On April 15, 1912, about 400 miles south of Newfoundland, the RMS Titanic hit an iceberg and quickly took on water. 1500 lives were lost when the British luxury liner RMS Titanic sank during its maiden voyage from Southampton, England to New York City. The disaster and the mythology that quickly surrounded the sinking of a modern "unsinkable" marvel are still fascinating today. Learn more at today's Titanic picks.
The law firm of Anderson Kill & Olick created this mock trial website "to help illustrate in a fun interactive manner how the U.S. legal system works and the important role played by the people who serve on juries." Using facts based on the Titanic tragedy, the plaintiff is a survivor suing White Star Lines (the Titanic's owner) on behalf of her fiance, a victim whose body was never recovered. There is a teacher guide explaining how to run the mock trial in a classroom in as little as forty-five minutes, or spread out over a week.
"Inquiries held in the United States and Great Britain alleged that the Leyland liner Californian, which was less than twenty miles away all night, could have aided the stricken vessel had its radio operator been on duty and thereby received the Titanic's distress signals." Britannica Encyclopedia presents an excellent, illustrated slide show and a single-page hyperlinked overview that will be a good resource for school reports.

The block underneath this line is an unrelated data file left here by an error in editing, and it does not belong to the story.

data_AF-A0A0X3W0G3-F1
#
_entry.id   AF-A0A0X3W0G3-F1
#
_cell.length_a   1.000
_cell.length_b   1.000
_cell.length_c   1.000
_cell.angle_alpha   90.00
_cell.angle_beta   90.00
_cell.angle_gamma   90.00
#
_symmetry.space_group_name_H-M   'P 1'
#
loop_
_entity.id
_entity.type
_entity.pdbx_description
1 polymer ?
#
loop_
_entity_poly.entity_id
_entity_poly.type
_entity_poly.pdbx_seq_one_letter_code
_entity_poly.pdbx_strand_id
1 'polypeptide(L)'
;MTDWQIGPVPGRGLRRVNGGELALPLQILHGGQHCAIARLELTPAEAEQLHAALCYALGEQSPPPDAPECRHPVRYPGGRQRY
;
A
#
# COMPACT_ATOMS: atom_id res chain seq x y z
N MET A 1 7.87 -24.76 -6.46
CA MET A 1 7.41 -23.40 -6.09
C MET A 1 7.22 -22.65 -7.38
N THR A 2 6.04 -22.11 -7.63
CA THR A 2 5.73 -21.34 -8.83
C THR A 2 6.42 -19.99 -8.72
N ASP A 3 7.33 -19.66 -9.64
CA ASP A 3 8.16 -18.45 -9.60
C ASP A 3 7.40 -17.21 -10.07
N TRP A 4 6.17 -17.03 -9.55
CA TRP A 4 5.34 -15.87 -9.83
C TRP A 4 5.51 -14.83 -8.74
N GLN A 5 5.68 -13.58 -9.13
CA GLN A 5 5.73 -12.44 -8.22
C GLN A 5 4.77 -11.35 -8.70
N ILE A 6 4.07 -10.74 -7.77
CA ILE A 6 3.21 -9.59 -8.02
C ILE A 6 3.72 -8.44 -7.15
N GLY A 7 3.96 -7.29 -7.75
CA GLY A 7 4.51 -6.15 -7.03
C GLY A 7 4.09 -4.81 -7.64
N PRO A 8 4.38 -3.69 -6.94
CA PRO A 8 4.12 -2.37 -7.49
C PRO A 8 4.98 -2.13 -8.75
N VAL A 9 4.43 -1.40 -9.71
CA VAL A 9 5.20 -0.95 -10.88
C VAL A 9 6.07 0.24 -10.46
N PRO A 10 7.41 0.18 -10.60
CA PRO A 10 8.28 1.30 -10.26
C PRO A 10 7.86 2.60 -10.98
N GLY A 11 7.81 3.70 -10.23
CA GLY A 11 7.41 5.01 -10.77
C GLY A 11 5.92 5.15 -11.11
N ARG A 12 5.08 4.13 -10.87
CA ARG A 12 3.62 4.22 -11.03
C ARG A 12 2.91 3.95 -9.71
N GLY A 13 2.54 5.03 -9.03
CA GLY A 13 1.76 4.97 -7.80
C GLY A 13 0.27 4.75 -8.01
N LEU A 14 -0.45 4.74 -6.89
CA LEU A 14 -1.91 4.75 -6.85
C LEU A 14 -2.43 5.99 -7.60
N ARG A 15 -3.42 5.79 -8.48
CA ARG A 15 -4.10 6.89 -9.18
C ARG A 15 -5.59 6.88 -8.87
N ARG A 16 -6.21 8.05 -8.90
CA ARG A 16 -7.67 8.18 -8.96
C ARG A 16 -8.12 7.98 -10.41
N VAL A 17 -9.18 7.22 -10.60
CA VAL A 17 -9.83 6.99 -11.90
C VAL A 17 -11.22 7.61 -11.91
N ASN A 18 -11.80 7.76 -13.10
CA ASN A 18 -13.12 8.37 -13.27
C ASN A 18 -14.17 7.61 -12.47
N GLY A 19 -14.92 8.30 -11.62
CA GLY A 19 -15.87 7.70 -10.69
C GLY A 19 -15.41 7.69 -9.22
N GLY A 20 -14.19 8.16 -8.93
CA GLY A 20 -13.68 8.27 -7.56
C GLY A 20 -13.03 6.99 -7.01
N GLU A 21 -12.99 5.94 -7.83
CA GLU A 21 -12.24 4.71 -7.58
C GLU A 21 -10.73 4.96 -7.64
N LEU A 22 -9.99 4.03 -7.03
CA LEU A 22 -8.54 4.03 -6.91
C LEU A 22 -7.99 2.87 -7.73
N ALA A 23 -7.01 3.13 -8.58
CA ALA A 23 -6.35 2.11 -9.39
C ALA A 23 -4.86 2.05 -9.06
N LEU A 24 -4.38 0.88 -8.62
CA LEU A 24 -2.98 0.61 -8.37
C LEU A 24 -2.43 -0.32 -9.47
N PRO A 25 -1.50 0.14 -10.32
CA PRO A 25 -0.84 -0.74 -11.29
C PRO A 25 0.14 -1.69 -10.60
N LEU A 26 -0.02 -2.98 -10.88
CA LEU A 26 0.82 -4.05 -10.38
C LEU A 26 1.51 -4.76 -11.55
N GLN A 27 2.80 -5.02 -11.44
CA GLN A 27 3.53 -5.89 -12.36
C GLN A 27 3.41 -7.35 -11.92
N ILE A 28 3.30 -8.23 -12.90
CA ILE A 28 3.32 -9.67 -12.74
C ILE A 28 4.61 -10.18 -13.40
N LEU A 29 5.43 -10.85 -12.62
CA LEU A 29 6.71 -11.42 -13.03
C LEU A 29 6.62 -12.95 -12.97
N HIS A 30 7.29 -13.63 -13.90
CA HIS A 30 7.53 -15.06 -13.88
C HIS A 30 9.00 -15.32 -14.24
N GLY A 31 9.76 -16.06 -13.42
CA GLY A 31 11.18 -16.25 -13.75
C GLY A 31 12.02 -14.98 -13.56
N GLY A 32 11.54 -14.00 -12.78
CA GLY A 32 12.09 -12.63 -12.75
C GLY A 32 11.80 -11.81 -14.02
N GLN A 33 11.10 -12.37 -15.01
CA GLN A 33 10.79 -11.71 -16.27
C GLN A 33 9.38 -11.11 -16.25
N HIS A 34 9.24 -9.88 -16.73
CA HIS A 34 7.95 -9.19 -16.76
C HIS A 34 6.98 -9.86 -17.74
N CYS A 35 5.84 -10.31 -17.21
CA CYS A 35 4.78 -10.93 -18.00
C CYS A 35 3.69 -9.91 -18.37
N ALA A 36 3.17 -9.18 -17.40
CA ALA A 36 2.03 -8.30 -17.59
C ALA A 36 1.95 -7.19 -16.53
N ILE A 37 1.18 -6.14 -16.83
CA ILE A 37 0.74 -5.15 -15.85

Was the 1997 James Cameron Titanic movie that won eleven Oscars based on a true story? No, the movie told a fictional love story "intertwined with a chronicle of the April 1912 Titanic sinking." How realistic was the movie? For answers to we turn to Chasing the Frog, a website that examines movies based on true stories. Visit to compare and contrast the movie characters with their real counterparts. Note: not all the films reviewed at Chasing the Frog are appropriate for children.
Among the unidentified victims recovered from the Titanic wreckage was a two-year old boy whose plight so moved his rescuers that they arranged a funeral service and a headstone on his grave dedicated "to the memory of an unknown child." This PBS website follows DNA scientists as they use modern methods to identify a handful of previously unidentified Titanic victims, including the "unknown child" who turned out to be Finish one-year old Eino Panula.
"Titanic's Passengers All Rescued" was the Syracruse Herald headline on April 15, 1912. Unfortunately this was an optimistic overstatement. Powered by NewspaperArchive.com, Titantic Archive allows you to search and read scanned reproductions of original newspaper accounts about the Titanic from dozens of U.S. papers. The site also includes a Titanic timeline (from 1902 to 2001) and a brief history of the ship.